SOAS University of London

Centre for English Studies, School of Arts

Empire and the Postcolonial: Race Genders, Sexualities

Module Code:
152900104
Credits:
15
Year of study:
Year 3
Taught in:
Term 1

Prerequisites

None.

Objectives and learning outcomes of the module

At the end of a course, a student should be able to . . . 

  • Develop a deep understanding of race, diaspora and sexualities
  • Critically read and react to literary texts
  • Develop a reflective approach
  • Undertake independent research and complete it successfully
  • Critically read and react to literary texts

Workload

This course will be taught over 10 weeks with 2 hours classroom contact per week in seminars/tutorials. 

Scope and syllabus

What kind of racialised, gendered selves get produced at the conjecture of the transnational and the postcolonial? What is the transnational and the postcolonial? How is self and subjectivity constructed in postcolonial fictions? This course will aim to answer some of these questions by offering a historical, theoretical and literary understanding of slavery and indentured labor, the material aspects of migrant labor and livelihood, the experiences of displacement and homelessness, the ideologies of ‘home’ and nation, the cultures of diaspora, the politics of multiculturalism, and issues relating to race (racism), sexuality and gender.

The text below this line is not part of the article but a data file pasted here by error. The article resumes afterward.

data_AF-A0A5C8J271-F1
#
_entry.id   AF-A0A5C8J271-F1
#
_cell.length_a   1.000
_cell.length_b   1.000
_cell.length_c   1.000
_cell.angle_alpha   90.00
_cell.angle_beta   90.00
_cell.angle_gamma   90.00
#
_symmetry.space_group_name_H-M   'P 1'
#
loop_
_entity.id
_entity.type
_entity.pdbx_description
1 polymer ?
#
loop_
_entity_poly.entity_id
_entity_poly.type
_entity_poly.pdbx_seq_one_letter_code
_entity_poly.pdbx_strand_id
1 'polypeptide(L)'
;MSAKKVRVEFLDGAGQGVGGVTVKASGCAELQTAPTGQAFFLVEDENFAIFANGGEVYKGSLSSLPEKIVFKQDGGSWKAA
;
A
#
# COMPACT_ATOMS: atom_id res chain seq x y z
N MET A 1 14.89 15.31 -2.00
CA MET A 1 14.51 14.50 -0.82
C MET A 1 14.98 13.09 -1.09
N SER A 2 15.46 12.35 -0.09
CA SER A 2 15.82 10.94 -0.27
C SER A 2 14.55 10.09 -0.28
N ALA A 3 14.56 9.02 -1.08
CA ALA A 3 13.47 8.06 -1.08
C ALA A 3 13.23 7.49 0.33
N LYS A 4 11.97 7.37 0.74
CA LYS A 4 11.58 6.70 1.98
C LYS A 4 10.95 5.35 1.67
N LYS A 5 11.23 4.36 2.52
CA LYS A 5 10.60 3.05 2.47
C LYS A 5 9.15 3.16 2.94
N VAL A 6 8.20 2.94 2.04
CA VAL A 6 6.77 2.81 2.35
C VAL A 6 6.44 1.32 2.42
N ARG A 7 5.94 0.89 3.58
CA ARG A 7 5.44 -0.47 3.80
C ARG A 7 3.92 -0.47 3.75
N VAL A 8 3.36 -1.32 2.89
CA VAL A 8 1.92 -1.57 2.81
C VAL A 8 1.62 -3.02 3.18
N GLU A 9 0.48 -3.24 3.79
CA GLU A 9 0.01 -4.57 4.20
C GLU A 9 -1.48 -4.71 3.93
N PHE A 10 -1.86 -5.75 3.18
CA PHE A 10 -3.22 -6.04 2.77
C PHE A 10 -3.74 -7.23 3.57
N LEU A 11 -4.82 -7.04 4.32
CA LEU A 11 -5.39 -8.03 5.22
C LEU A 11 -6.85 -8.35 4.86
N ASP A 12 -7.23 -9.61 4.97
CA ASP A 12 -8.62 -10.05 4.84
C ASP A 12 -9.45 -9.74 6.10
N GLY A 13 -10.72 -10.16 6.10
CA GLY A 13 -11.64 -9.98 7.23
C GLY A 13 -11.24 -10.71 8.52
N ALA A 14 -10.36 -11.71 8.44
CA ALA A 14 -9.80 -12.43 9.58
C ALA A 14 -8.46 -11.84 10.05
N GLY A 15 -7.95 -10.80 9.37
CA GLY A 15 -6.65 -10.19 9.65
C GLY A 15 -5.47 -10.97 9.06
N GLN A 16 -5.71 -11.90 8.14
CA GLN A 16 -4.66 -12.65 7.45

Method of assessment

One 1,500 - 2,000 word essay to be submitted on Friday, week 5, in the term in which the course is taught (20%); one 3,500 - 4,000 word essay to be submitted on Friday, week 11, in the term in which the course is taught (70%); a participation and presentation throughout the course (10%).

Suggested reading

Core reading

  • Rudyard Kipling, Selected Short Stories

  • E.M. Forster, A Passage to India

  • Muhammad Iqbal, Selected Poems

  • Mahmoud Darwish, Memory for Forgetfulnes

  • Anita Desai, In Custody

     Reading Week

  • Jamaica Kincaid, The Autobiography of My Mother

  • Leila Aboulela, Minaret

  • Abdulrazak Gurnah, By the Sea

  • Marlon James, A Brief History of Seven Killings 

  • Khalid Hosseini, The Kite Runner

Disclaimer

Important notice regarding changes to programmes and modules